Doyle did indeed visit the Rising Star Lodge, but the date was on 5th April 1900, following the British occupation of the town two days earlier. The Cape Argus reported the meeting on 18th April:
a communication was received from RW Bro Lord Kitchener ... expressing his regret at not being able to attend the meeting ... and a similar letter was read from Bro A Conan Doyle, both Brethren intimating that it was their intention to visit the lodge in the near future.
Lord Kitchener did attend a meeting of the Lodge on 23rd April 1900, and signed a document, still in possession of the Lodge, proposing that a Royal resolution be sent to the Prince of Wales. Lord Roberts and Conan Doyle are also signatories to this document.
There is no evidence, however, that either of them was present on that occasion, and the signatures appear to have been legitimately added to the document on a subsequent occasion.
That occasion may well have been the emergency Mourning meeting held on 31 January 1901, in memory of QueenVictoria, ten days after her death.
It is possible, even likely, that both Conan Doyle and Rudyard Kipling were present at this meeting, and it would have been an opportunity for Doyle to sign the document initiated by Lord Kitchener. On his return to England early in 1901, in a series of lectures given in Scotland, Doyle praised the activities of Freemasons during the Boer war. That year he was invited to propose the main toast to the Immortal Memory of Queen Victoria.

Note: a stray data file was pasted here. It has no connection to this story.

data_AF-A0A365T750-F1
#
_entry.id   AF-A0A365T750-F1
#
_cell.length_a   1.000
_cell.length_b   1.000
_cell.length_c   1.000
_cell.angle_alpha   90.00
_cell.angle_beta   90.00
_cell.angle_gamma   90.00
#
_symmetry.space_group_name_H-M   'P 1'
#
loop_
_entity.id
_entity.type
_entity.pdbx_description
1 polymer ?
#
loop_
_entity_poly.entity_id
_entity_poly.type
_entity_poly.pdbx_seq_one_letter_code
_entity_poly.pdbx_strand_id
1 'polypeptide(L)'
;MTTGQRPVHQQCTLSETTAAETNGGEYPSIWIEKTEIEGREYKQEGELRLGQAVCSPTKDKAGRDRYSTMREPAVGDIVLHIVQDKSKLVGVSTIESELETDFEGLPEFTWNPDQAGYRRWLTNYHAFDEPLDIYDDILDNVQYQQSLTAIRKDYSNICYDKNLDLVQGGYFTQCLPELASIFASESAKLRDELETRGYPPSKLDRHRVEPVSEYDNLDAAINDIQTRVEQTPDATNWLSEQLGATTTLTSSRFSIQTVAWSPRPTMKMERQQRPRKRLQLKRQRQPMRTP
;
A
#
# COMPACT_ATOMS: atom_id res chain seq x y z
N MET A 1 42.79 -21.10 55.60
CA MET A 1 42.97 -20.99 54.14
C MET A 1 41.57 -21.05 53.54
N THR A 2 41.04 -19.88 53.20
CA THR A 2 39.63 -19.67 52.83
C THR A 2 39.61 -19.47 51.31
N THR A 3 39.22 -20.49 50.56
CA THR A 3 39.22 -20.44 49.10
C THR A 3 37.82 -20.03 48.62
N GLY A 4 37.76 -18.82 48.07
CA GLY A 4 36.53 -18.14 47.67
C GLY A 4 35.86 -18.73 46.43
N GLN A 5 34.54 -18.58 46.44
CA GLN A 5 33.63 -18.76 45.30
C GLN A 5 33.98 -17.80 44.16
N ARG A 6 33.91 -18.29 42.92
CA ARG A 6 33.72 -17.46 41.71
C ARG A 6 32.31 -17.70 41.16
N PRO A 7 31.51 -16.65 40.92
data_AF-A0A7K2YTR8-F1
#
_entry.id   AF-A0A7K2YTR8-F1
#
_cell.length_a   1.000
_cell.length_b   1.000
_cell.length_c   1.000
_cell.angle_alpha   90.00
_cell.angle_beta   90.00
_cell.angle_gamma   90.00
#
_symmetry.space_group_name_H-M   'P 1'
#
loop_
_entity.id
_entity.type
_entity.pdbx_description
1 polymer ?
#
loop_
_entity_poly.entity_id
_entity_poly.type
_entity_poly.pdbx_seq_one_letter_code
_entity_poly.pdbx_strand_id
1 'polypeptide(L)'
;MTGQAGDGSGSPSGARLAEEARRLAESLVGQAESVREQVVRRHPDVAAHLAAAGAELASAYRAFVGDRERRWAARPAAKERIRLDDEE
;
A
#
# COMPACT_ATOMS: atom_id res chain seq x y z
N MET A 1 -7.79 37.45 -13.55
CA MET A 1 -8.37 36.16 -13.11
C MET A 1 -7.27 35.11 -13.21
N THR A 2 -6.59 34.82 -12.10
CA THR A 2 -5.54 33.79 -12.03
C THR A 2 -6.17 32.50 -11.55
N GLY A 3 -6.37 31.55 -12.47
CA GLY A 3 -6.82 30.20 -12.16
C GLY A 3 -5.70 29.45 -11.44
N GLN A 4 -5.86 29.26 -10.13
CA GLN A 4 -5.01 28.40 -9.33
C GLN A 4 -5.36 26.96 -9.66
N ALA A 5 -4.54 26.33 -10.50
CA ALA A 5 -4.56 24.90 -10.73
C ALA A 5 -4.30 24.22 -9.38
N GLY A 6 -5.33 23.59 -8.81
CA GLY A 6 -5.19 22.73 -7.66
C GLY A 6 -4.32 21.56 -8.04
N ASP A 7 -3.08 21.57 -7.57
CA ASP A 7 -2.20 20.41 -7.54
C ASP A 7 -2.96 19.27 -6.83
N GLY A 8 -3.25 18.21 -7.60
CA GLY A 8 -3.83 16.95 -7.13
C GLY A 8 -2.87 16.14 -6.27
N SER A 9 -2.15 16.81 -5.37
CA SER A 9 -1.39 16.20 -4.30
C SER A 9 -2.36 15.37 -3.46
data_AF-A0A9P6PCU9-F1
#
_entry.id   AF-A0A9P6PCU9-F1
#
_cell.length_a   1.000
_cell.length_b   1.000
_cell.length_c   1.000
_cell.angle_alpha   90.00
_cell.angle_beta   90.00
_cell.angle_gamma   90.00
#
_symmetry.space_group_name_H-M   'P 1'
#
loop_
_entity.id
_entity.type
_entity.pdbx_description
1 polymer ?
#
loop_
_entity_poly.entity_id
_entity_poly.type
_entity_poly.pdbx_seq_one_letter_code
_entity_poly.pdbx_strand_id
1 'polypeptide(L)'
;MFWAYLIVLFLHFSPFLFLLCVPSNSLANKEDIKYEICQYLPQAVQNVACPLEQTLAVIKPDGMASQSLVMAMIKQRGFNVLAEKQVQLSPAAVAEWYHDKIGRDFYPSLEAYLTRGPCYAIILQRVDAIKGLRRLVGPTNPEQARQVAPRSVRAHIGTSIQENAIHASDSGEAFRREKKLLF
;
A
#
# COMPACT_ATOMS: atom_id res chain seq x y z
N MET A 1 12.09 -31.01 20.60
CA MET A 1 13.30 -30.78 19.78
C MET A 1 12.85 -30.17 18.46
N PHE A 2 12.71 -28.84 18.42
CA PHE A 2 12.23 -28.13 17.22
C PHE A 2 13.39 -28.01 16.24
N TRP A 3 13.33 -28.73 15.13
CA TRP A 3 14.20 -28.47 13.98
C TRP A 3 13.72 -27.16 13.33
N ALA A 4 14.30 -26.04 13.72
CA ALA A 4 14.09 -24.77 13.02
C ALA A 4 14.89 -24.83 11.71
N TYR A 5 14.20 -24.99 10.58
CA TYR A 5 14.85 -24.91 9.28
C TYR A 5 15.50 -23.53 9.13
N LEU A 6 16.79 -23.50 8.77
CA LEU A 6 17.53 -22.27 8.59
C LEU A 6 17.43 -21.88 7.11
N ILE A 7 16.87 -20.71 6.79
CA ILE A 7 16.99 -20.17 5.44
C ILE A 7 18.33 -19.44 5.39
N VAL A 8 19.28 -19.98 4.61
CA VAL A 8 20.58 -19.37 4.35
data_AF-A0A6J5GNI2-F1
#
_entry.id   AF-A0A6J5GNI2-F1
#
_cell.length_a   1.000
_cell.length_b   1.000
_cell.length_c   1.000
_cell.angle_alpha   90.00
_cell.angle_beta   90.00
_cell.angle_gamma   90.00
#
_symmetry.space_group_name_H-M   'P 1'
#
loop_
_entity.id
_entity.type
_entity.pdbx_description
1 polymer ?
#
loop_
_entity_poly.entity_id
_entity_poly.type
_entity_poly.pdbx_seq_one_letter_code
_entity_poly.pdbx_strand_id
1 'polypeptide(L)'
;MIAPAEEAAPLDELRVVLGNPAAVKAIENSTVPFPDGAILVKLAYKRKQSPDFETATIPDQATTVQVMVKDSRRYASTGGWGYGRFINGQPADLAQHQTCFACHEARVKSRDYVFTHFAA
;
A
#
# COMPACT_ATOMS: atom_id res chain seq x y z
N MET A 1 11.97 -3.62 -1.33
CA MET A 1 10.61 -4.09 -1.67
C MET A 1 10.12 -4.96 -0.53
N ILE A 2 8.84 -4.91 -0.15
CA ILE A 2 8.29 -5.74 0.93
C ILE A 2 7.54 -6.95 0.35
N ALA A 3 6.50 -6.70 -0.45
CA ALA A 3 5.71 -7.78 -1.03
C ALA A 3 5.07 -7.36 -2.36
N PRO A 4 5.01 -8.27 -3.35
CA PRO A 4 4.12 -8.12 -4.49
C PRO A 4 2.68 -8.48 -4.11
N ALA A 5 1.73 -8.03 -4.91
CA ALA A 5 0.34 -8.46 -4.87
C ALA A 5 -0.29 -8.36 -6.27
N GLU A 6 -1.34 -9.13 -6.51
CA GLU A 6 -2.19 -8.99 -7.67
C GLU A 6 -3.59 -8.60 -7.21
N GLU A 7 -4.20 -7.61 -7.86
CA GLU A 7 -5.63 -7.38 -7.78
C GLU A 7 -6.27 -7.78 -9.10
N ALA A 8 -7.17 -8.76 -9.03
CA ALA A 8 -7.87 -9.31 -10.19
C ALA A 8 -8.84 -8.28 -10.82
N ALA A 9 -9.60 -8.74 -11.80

Lodge of Edinburgh (Mary's Chapel) No. 1, Scottish Constitution, made him an honorary member following his speech, in which he spoke on Masonry in South Africa.
In 1902 he was knighted by Edward VII. He rejoined his Lodge in 1909, but resigned for good in 1911. Freemasonry features in various forms in his writings, not all of them related to Sherlock Holmes. The Valley of Fear (1915), from the Professor Challenger stories, has references in America to the Ancient Order of Freemen (some editions state `Imminent Order' instead of 'Ancient'), locally referred to as The Scowers Lodge No. 341 in Vermissa Valley, USA. Furthermore, the statement is made that there is no town in the State without a Lodge, and that grips and passwords are useful.
Another story is The Lost World (1912), where mention is made of a Mr Hungerton 'bouncing off' to a Masonic meeting. Later Lord John Roxton says to Malone: 'between you and me close tiled'.
Web site created by Mark Griffin